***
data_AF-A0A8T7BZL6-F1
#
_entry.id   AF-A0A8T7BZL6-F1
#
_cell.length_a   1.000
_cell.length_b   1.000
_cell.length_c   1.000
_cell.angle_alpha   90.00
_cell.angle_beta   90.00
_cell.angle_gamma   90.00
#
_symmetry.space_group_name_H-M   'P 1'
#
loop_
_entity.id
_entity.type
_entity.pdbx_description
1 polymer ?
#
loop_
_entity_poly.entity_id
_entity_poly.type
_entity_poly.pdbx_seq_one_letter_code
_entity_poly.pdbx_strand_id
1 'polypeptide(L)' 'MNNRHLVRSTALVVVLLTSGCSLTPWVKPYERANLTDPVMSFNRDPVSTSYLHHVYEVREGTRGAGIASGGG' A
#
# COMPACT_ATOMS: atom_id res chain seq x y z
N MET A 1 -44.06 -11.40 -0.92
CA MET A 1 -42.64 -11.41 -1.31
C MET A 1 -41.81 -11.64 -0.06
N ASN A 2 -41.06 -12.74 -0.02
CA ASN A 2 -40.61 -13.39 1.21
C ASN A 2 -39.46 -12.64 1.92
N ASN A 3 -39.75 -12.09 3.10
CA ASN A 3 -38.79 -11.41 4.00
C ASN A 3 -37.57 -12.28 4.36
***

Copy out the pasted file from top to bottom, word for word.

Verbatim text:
data_AF-A0A8T7BZL6-F1
#
_entry.id   AF-A0A8T7BZL6-F1
#
_cell.length_a   1.000
_cell.length_b   1.000
_cell.length_c   1.000
_cell.angle_alpha   90.00
_cell.angle_beta   90.00
_cell.angle_gamma   90.00
#
_symmetry.space_group_name_H-M   'P 1'
#
loop_
_entity.id
_entity.type
_entity.pdbx_description
1 polymer ?
#
loop_
_entity_poly.entity_id
_entity_poly.type
_entity_poly.pdbx_seq_one_letter_code
_entity_poly.pdbx_strand_id
1 'polypeptide(L)' 'MNNRHLVRSTALVVVLLTSGCSLTPWVKPYERANLTDPVMSFNRDPVSTSYLHHVYEVREGTRGAGIASGGG' A
#
# COMPACT_ATOMS: atom_id res chain seq x y z
N MET A 1 -44.06 -11.40 -0.92
CA MET A 1 -42.64 -11.41 -1.31
C MET A 1 -41.81 -11.64 -0.06
N ASN A 2 -41.06 -12.74 -0.02
CA ASN A 2 -40.61 -13.39 1.21
C ASN A 2 -39.46 -12.64 1.92
N ASN A 3 -39.75 -12.09 3.10
CA ASN A 3 -38.79 -11.41 4.00
C ASN A 3 -37.57 -12.28 4.36